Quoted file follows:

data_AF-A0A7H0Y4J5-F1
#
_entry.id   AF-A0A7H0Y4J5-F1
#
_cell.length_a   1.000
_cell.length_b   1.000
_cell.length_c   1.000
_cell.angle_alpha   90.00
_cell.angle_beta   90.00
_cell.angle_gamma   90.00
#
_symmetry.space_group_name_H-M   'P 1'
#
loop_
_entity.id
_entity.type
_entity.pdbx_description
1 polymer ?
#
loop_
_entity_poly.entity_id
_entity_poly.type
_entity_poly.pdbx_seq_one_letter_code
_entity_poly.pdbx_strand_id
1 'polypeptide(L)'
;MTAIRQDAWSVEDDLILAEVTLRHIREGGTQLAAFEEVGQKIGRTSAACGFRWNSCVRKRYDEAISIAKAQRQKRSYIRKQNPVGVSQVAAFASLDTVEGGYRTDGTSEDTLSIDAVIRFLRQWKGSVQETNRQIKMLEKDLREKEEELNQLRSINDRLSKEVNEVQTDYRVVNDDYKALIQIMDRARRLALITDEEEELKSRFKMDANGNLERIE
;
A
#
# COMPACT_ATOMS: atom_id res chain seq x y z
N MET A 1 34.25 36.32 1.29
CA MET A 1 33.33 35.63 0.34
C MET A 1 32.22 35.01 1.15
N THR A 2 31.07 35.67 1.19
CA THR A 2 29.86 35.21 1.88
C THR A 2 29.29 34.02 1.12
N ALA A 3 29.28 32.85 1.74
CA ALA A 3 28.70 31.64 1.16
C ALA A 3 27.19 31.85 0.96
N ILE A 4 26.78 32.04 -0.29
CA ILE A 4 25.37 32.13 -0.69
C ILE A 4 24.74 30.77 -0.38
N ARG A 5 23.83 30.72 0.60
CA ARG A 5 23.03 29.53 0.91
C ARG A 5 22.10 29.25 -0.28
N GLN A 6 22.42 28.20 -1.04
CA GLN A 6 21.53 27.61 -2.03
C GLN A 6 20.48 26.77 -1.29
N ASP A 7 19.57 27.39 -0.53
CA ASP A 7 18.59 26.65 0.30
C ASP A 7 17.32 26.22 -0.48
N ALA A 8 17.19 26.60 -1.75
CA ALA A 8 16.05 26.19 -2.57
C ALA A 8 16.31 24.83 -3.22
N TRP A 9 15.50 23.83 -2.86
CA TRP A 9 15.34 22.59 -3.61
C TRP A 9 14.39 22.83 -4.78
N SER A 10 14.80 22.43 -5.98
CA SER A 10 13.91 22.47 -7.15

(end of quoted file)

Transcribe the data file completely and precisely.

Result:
data_AF-A0A7H0Y4J5-F1
#
_entry.id   AF-A0A7H0Y4J5-F1
#
_cell.length_a   1.000
_cell.length_b   1.000
_cell.length_c   1.000
_cell.angle_alpha   90.00
_cell.angle_beta   90.00
_cell.angle_gamma   90.00
#
_symmetry.space_group_name_H-M   'P 1'
#
loop_
_entity.id
_entity.type
_entity.pdbx_description
1 polymer ?
#
loop_
_entity_poly.entity_id
_entity_poly.type
_entity_poly.pdbx_seq_one_letter_code
_entity_poly.pdbx_strand_id
1 'polypeptide(L)'
;MTAIRQDAWSVEDDLILAEVTLRHIREGGTQLAAFEEVGQKIGRTSAACGFRWNSCVRKRYDEAISIAKAQRQKRSYIRKQNPVGVSQVAAFASLDTVEGGYRTDGTSEDTLSIDAVIRFLRQWKGSVQETNRQIKMLEKDLREKEEELNQLRSINDRLSKEVNEVQTDYRVVNDDYKALIQIMDRARRLALITDEEEELKSRFKMDANGNLERIE
;
A
#
# COMPACT_ATOMS: atom_id res chain seq x y z
N MET A 1 34.25 36.32 1.29
CA MET A 1 33.33 35.63 0.34
C MET A 1 32.22 35.01 1.15
N THR A 2 31.07 35.67 1.19
CA THR A 2 29.86 35.21 1.88
C THR A 2 29.29 34.02 1.12
N ALA A 3 29.28 32.85 1.74
CA ALA A 3 28.70 31.64 1.16
C ALA A 3 27.19 31.85 0.96
N ILE A 4 26.78 32.04 -0.29
CA ILE A 4 25.37 32.13 -0.69
C ILE A 4 24.74 30.77 -0.38
N ARG A 5 23.83 30.72 0.60
CA ARG A 5 23.03 29.53 0.91
C ARG A 5 22.10 29.25 -0.28
N GLN A 6 22.42 28.20 -1.04
CA GLN A 6 21.53 27.61 -2.03
C GLN A 6 20.48 26.77 -1.29
N ASP A 7 19.57 27.39 -0.53
CA ASP A 7 18.59 26.65 0.30
C ASP A 7 17.32 26.22 -0.48
N ALA A 8 17.19 26.60 -1.75
CA ALA A 8 16.05 26.19 -2.57
C ALA A 8 16.31 24.83 -3.22
N TRP A 9 15.50 23.83 -2.86
CA TRP A 9 15.34 22.59 -3.61
C TRP A 9 14.39 22.83 -4.78
N SER A 10 14.80 22.43 -5.98
CA SER A 10 13.91 22.47 -7.15